PDA

View Full Version : Chord help!



lkhill
02-19-2009, 04:51 AM
Hi guys, i am very new to UU and almost as new to playing Uke.

I just wanted to know......
I have a little ashton Uke (only cheap being as im learning), how come chords for songs are different for different ukes? Mainly, where can i find the chords to suit my uke? i struggle quite a bit to find the right chords. For example i use C, Am, F and G for Bleeding Love by Leona Lewis, whereas someone else uses a different set of chords. :confused:

Can someone explain this to me? and also point in the right direction for tabs? x:D

Kanaka916
02-19-2009, 04:58 AM
There are different tunings for the Uke. Uke Chord Finder (http://www.sheep-entertainment.nl/ukulele/index.html) should help you . . . Click on the tuning on the right side of the headstock, most use C tuning (GCEA). for that song, I use Bb Gm Eb and F because it's in my vocal range. Those chords can be transposed to fit vocal ranges.

lkhill
02-19-2009, 05:04 AM
Amazing, thank you so much. Mine is a standard soprano GCEA. Thnaks again x

Ukulele JJ
02-19-2009, 05:34 AM
For example i use C, Am, F and G for Bleeding Love by Leona Lewis, whereas someone else uses a different set of chords. :confused:

If someone else has a different set of chords, then one of you is wrong. :D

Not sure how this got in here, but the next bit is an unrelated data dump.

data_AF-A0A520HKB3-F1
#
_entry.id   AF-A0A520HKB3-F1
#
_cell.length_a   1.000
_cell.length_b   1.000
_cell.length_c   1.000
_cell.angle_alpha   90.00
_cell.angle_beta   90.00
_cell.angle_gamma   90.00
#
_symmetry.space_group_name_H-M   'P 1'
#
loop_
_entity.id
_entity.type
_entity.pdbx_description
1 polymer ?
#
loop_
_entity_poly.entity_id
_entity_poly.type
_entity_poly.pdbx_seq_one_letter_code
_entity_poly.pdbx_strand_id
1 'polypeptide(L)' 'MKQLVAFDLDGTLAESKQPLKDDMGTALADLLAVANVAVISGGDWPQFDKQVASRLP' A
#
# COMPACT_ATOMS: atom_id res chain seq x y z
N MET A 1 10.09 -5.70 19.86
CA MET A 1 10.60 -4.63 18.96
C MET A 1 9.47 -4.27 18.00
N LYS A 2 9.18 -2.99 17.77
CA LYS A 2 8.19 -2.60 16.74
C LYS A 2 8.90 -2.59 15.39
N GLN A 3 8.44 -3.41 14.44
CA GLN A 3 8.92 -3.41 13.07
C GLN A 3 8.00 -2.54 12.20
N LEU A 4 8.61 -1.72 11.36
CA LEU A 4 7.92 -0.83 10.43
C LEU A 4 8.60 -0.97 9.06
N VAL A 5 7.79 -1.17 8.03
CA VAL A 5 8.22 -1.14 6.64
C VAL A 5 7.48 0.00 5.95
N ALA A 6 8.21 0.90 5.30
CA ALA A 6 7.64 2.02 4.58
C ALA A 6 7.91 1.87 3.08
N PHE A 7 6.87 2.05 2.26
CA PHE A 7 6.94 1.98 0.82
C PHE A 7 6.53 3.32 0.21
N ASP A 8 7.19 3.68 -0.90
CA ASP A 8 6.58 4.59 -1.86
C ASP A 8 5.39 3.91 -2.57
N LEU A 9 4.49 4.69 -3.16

Chords are chords are chords. It doesn't matter whether you play them on a guitar, or a uke, or an accordion, or a nyckelharpa, or whatever. If the song requires a C chord, then that's what you should play.

What does change, based on the tuning of your instrument, is how you play that C chord. On a standard-tuned guitar, for example, you'd play it as 032010. If your uke is tuned GCEA (most are), you'd usually play it as 0003. If it's tuned ADF#B, then you'd play it as 3211. Despite those differences, those are all called a C chord.

JJ

ukantor
02-19-2009, 05:41 AM
Could it be that these other people are playing a uke in standard 'C' tuning, but playing the song in a different key?

Ukantor.

cpatch
02-19-2009, 05:42 AM
If someone else has a different set of chords, then one of you is wrong. :D
Or, as Kanaka916 points out, someone has transposed the chords to a different key.

SamWise
02-19-2009, 09:24 AM
If someone else has a different set of chords, then one of you is wrong. :D

Chords are chords are chords. It doesn't matter whether you play them on a guitar, or a uke, or an accordion, or a nyckelharpa, or whatever. If the song requires a C chord, then that's what you should play.

JJ

This is almost true, but not quite. You have the chords to play the song in the key of C, but if you were to play it in D, making it a little higher, you'd use D, Bm, G and A instead. That's totally legit, and a very good idea if the song doesn't work for you in the key you know. On more complicated songs, specially old jazz standards, people will often simplify, leaving out some chords (often there might be 5 written per line!), or using a simple D chord instead of a D5/7. That can make them much easier to play, and can sound fine, but will never be quite like the original.